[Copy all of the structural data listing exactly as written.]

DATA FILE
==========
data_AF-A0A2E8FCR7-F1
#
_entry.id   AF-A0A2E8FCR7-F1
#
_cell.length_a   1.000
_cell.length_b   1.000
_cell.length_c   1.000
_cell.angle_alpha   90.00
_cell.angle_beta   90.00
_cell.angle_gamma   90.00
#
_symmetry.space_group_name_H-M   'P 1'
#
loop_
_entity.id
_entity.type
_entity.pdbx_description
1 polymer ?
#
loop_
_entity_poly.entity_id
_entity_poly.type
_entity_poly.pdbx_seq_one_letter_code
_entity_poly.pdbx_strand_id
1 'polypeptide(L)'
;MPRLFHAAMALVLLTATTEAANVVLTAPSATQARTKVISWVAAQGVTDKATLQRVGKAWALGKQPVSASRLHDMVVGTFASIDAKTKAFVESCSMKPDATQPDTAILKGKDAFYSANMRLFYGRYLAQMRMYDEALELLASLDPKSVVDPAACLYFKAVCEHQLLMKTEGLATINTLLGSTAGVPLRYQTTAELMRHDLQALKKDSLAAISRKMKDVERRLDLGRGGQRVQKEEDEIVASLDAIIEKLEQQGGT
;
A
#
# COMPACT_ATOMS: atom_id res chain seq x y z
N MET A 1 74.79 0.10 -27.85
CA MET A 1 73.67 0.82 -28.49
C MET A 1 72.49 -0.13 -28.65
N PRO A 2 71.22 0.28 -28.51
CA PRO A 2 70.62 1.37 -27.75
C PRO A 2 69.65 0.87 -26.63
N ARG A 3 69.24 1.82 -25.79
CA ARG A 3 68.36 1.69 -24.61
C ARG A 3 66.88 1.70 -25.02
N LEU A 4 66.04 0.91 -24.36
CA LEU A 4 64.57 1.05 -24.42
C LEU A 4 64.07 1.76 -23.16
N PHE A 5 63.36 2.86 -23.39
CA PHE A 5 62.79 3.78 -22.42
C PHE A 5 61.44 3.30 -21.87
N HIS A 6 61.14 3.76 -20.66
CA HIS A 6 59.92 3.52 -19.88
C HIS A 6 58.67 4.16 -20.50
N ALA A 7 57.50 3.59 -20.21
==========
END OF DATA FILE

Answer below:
data_AF-A0A2E8FCR7-F1
#
_entry.id   AF-A0A2E8FCR7-F1
#
_cell.length_a   1.000
_cell.length_b   1.000
_cell.length_c   1.000
_cell.angle_alpha   90.00
_cell.angle_beta   90.00
_cell.angle_gamma   90.00
#
_symmetry.space_group_name_H-M   'P 1'
#
loop_
_entity.id
_entity.type
_entity.pdbx_description
1 polymer ?
#
loop_
_entity_poly.entity_id
_entity_poly.type
_entity_poly.pdbx_seq_one_letter_code
_entity_poly.pdbx_strand_id
1 'polypeptide(L)'
;MPRLFHAAMALVLLTATTEAANVVLTAPSATQARTKVISWVAAQGVTDKATLQRVGKAWALGKQPVSASRLHDMVVGTFASIDAKTKAFVESCSMKPDATQPDTAILKGKDAFYSANMRLFYGRYLAQMRMYDEALELLASLDPKSVVDPAACLYFKAVCEHQLLMKTEGLATINTLLGSTAGVPLRYQTTAELMRHDLQALKKDSLAAISRKMKDVERRLDLGRGGQRVQKEEDEIVASLDAIIEKLEQQGGT
;
A
#
# COMPACT_ATOMS: atom_id res chain seq x y z
N MET A 1 74.79 0.10 -27.85
CA MET A 1 73.67 0.82 -28.49
C MET A 1 72.49 -0.13 -28.65
N PRO A 2 71.22 0.28 -28.51
CA PRO A 2 70.62 1.37 -27.75
C PRO A 2 69.65 0.87 -26.63
N ARG A 3 69.24 1.82 -25.79
CA ARG A 3 68.36 1.69 -24.61
C ARG A 3 66.88 1.70 -25.02
N LEU A 4 66.04 0.91 -24.36
CA LEU A 4 64.57 1.05 -24.42
C LEU A 4 64.07 1.76 -23.16
N PHE A 5 63.36 2.86 -23.39
CA PHE A 5 62.79 3.78 -22.42
C PHE A 5 61.44 3.30 -21.87
N HIS A 6 61.14 3.76 -20.66
CA HIS A 6 59.92 3.52 -19.88
C HIS A 6 58.67 4.16 -20.50
N ALA A 7 57.50 3.59 -20.21